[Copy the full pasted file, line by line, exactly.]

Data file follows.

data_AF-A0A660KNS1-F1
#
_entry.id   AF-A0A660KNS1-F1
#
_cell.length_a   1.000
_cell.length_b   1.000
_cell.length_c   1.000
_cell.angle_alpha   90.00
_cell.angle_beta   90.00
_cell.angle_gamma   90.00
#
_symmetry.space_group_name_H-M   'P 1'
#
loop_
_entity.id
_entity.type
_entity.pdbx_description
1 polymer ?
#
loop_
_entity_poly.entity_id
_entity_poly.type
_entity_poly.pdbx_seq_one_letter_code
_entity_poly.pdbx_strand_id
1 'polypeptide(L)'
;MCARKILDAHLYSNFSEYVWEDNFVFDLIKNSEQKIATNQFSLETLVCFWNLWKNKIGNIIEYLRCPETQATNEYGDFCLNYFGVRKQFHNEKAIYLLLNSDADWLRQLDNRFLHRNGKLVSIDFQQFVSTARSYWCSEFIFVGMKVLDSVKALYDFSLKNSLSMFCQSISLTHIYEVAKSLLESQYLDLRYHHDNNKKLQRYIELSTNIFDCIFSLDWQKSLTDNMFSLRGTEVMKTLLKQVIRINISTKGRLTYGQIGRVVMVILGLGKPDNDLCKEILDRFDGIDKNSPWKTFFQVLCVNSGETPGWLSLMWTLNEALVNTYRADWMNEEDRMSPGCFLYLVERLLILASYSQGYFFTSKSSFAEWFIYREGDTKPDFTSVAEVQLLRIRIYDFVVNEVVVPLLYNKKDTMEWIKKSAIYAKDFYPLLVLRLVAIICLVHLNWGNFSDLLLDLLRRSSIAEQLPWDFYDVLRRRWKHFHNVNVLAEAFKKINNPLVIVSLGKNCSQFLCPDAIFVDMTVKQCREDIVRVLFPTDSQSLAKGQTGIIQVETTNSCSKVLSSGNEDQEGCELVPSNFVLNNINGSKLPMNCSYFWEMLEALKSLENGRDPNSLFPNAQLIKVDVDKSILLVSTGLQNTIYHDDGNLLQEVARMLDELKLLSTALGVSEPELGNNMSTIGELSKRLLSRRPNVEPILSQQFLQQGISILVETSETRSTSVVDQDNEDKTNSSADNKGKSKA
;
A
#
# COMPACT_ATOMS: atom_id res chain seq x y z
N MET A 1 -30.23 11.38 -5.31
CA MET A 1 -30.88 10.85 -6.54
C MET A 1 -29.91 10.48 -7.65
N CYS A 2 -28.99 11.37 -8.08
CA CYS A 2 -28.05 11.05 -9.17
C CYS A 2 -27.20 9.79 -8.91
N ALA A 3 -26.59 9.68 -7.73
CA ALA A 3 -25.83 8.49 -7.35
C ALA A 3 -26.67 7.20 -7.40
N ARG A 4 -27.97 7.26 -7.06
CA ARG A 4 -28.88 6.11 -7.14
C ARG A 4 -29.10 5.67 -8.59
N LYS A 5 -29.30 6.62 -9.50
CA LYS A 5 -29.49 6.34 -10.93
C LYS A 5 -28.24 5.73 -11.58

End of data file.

data_AF-A0A660KNS1-F1
#
_entry.id   AF-A0A660KNS1-F1
#
_cell.length_a   1.000
_cell.length_b   1.000
_cell.length_c   1.000
_cell.angle_alpha   90.00
_cell.angle_beta   90.00
_cell.angle_gamma   90.00
#
_symmetry.space_group_name_H-M   'P 1'
#
loop_
_entity.id
_entity.type
_entity.pdbx_description
1 polymer ?
#
loop_
_entity_poly.entity_id
_entity_poly.type
_entity_poly.pdbx_seq_one_letter_code
_entity_poly.pdbx_strand_id
1 'polypeptide(L)'
;MCARKILDAHLYSNFSEYVWEDNFVFDLIKNSEQKIATNQFSLETLVCFWNLWKNKIGNIIEYLRCPETQATNEYGDFCLNYFGVRKQFHNEKAIYLLLNSDADWLRQLDNRFLHRNGKLVSIDFQQFVSTARSYWCSEFIFVGMKVLDSVKALYDFSLKNSLSMFCQSISLTHIYEVAKSLLESQYLDLRYHHDNNKKLQRYIELSTNIFDCIFSLDWQKSLTDNMFSLRGTEVMKTLLKQVIRINISTKGRLTYGQIGRVVMVILGLGKPDNDLCKEILDRFDGIDKNSPWKTFFQVLCVNSGETPGWLSLMWTLNEALVNTYRADWMNEEDRMSPGCFLYLVERLLILASYSQGYFFTSKSSFAEWFIYREGDTKPDFTSVAEVQLLRIRIYDFVVNEVVVPLLYNKKDTMEWIKKSAIYAKDFYPLLVLRLVAIICLVHLNWGNFSDLLLDLLRRSSIAEQLPWDFYDVLRRRWKHFHNVNVLAEAFKKINNPLVIVSLGKNCSQFLCPDAIFVDMTVKQCREDIVRVLFPTDSQSLAKGQTGIIQVETTNSCSKVLSSGNEDQEGCELVPSNFVLNNINGSKLPMNCSYFWEMLEALKSLENGRDPNSLFPNAQLIKVDVDKSILLVSTGLQNTIYHDDGNLLQEVARMLDELKLLSTALGVSEPELGNNMSTIGELSKRLLSRRPNVEPILSQQFLQQGISILVETSETRSTSVVDQDNEDKTNSSADNKGKSKA
;
A
#
# COMPACT_ATOMS: atom_id res chain seq x y z
N MET A 1 -30.23 11.38 -5.31
CA MET A 1 -30.88 10.85 -6.54
C MET A 1 -29.91 10.48 -7.65
N CYS A 2 -28.99 11.37 -8.08
CA CYS A 2 -28.05 11.05 -9.17
C CYS A 2 -27.20 9.79 -8.91
N ALA A 3 -26.59 9.68 -7.73
CA ALA A 3 -25.83 8.49 -7.35
C ALA A 3 -26.67 7.20 -7.40
N ARG A 4 -27.97 7.26 -7.06
CA ARG A 4 -28.88 6.11 -7.14
C ARG A 4 -29.10 5.67 -8.59
N LYS A 5 -29.30 6.62 -9.50
CA LYS A 5 -29.49 6.34 -10.93
C LYS A 5 -28.24 5.73 -11.58